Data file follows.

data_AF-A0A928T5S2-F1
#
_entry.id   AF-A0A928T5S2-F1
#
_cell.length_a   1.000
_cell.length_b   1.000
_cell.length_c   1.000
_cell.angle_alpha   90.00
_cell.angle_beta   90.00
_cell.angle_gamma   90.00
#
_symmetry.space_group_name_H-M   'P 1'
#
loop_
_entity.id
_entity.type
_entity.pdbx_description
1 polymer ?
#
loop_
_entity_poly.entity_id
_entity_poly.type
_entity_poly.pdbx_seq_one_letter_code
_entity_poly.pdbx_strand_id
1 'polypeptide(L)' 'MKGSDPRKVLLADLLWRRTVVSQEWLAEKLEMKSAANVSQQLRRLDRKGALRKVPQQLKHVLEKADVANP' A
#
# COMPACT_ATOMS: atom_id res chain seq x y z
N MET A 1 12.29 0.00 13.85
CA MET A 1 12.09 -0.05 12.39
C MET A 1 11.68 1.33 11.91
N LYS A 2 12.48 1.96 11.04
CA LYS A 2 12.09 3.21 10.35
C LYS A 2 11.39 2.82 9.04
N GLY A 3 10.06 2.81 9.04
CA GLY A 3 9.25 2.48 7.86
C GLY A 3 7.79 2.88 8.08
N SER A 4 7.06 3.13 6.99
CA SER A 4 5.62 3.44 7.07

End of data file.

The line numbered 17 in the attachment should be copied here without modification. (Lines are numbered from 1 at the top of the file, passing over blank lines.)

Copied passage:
_entity.pdbx_description